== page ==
The government is stalling on the publication of a report reviewing the impact of employment tribunal fees post implementation.
In a recent Commons debate MPs and members of the Select Committee on Justice, from all parties including the Tories, criticised the Ministry of Justice’s failure to publish the report, which was promised over a year ago.
Labour MP Justin Madders said: “The review was commissioned over a year ago and it has apparently been on the Minister’s desk for nine months. Having heard the Minister previously responsible for this area flounder in a Westminster Hall debate on this subject, I think it is pretty clear that the review has been sat on because the introduction of fees has been a disaster.”
The Committee has published a damning report on government policy concerning court fees - including for employment tribunals - concluding that: “In many cases the existence of fees erects a disincentive for employers to resolve disputes at an early stage. The arguments presented to us by the Government in this inquiry, limited as they are … have not swayed us from our conclusion, on the evidence, that the regime of employment tribunal fees has had a significant adverse impact on access to justice for meritorious claims.”
The Committee called on the government to publish the information collated as part of their post-implementation review; to reduce tribunal fees; to increase the financial thresholds for fee remission; to make changes to the way claims are defined to make the system fairer; and to give special consideration to the position of women alleging maternity or pregnancy discrimination, who may not be eligible for financial help due to savings they have put aside to raise their child.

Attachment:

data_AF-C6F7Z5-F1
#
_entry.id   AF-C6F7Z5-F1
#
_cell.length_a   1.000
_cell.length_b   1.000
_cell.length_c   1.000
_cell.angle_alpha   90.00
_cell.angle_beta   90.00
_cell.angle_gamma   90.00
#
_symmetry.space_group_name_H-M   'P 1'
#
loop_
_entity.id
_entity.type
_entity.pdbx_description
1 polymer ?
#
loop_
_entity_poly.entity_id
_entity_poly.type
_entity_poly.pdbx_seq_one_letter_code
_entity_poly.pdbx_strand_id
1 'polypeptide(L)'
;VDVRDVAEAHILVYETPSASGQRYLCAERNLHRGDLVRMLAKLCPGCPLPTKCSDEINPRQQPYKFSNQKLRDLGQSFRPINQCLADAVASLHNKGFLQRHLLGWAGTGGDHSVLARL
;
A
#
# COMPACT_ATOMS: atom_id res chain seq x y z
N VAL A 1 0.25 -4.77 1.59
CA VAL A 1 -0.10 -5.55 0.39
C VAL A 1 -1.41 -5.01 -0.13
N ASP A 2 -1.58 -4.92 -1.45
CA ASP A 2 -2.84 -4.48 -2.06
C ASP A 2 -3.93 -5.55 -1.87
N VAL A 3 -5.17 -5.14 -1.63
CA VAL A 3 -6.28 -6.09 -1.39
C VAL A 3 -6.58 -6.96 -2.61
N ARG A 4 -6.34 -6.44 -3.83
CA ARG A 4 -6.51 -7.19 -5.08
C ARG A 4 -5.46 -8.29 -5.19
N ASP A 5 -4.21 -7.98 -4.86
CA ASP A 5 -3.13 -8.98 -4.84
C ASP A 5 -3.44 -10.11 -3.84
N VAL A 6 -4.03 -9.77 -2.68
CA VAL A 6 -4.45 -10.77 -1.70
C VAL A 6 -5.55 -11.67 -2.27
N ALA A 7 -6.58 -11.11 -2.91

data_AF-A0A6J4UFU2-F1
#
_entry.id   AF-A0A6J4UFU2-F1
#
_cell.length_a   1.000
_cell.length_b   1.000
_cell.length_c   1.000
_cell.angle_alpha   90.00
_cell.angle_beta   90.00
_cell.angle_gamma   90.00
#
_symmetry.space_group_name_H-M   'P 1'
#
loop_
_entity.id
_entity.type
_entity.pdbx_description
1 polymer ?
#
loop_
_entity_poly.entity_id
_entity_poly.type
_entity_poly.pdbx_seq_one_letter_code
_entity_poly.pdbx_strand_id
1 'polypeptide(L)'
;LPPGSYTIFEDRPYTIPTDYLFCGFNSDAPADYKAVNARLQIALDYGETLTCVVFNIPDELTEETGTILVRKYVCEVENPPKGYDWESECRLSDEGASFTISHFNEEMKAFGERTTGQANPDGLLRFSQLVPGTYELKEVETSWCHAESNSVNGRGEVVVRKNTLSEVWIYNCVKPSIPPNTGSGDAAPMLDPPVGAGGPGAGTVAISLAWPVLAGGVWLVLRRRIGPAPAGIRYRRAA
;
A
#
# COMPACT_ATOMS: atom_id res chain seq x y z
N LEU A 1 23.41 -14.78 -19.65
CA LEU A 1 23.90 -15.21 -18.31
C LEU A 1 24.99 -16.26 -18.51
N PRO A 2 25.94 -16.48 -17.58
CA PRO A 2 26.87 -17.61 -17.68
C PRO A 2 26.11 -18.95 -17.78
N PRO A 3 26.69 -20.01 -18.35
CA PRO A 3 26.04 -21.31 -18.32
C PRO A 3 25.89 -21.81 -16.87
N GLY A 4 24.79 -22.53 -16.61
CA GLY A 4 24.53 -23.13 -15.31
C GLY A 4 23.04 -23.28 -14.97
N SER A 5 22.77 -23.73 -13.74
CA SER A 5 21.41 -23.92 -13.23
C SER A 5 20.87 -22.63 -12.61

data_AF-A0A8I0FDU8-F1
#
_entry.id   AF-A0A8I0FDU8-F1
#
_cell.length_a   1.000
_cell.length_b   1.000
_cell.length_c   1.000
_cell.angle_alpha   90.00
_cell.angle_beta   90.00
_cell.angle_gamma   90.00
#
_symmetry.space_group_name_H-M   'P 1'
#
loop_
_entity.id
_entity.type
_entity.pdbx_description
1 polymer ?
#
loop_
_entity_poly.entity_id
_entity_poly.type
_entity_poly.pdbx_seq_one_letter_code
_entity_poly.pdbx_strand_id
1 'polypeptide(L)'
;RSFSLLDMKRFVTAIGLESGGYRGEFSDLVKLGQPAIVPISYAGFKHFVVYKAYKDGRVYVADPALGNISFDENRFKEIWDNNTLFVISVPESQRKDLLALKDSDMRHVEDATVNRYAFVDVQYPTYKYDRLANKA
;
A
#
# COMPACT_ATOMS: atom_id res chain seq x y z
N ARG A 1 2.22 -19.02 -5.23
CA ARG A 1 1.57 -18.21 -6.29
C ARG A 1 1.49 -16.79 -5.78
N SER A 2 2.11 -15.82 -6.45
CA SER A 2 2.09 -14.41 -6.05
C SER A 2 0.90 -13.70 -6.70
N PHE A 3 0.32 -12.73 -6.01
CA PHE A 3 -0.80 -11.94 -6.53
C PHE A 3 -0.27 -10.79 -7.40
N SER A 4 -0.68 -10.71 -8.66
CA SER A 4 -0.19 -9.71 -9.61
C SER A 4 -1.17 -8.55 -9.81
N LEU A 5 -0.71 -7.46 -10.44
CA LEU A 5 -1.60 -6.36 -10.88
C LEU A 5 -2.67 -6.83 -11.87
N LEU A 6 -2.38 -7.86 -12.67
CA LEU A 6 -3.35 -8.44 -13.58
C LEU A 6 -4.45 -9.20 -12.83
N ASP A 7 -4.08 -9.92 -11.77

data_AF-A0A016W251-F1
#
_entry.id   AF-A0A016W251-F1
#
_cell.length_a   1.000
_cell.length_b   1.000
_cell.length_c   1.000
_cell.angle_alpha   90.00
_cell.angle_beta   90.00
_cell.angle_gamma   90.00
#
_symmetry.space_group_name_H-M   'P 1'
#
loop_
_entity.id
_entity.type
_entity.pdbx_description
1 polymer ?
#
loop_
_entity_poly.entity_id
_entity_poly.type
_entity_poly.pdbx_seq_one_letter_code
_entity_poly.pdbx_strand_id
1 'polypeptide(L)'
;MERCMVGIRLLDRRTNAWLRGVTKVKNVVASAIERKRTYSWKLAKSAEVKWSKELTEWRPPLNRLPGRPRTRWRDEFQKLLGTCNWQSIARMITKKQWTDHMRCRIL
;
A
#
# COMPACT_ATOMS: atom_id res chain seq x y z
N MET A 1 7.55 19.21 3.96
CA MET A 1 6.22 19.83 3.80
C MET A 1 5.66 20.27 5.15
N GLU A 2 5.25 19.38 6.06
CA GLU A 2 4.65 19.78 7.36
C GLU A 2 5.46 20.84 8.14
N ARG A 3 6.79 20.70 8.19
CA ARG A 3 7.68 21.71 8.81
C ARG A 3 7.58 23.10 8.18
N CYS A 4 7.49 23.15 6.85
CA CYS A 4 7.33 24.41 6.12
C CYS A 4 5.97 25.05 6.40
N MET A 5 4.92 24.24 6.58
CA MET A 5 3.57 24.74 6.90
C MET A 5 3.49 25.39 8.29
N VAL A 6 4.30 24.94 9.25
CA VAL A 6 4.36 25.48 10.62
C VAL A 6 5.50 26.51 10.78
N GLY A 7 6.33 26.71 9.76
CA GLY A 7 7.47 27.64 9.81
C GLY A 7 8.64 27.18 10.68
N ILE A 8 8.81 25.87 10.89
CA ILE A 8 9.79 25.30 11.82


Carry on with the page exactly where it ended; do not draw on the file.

Several MPs pointed to statistical evidence that the introduction of fees has created a significant barrier to justice for working people. The number of cases brought by single individuals has declined by 67%, claims brought by more than one person fell by 72%, claims relating to the working time directive are down 78%, wage cases dropped by 56%, unfair dismissal claims declined by 72%, equal pay cases fell by 58%, breach of contract claims were down 75% and sex discrimination claims sank by 68%.
A survey by the Citizen’s Advice Bureau showed 47% of respondents would have to put aside six months of their discretionary income to be able to afford the £1,200 required to make a Type B claim; 82% who were experiencing problems at work said they were discouraged from making a claim due to the fees; and only 29% were aware they could apply for a fee remission.
ACAS reported that 26% of claimants who didn’t progress their cases said they made the decision to drop their case as a direct result of the affordability of the fees.
Pat Harrington, general secretary of Solidarity, commented:-
"Fees are acting as a barrier to workers obtaining Justice in Employment Tribunals. They should be abolished."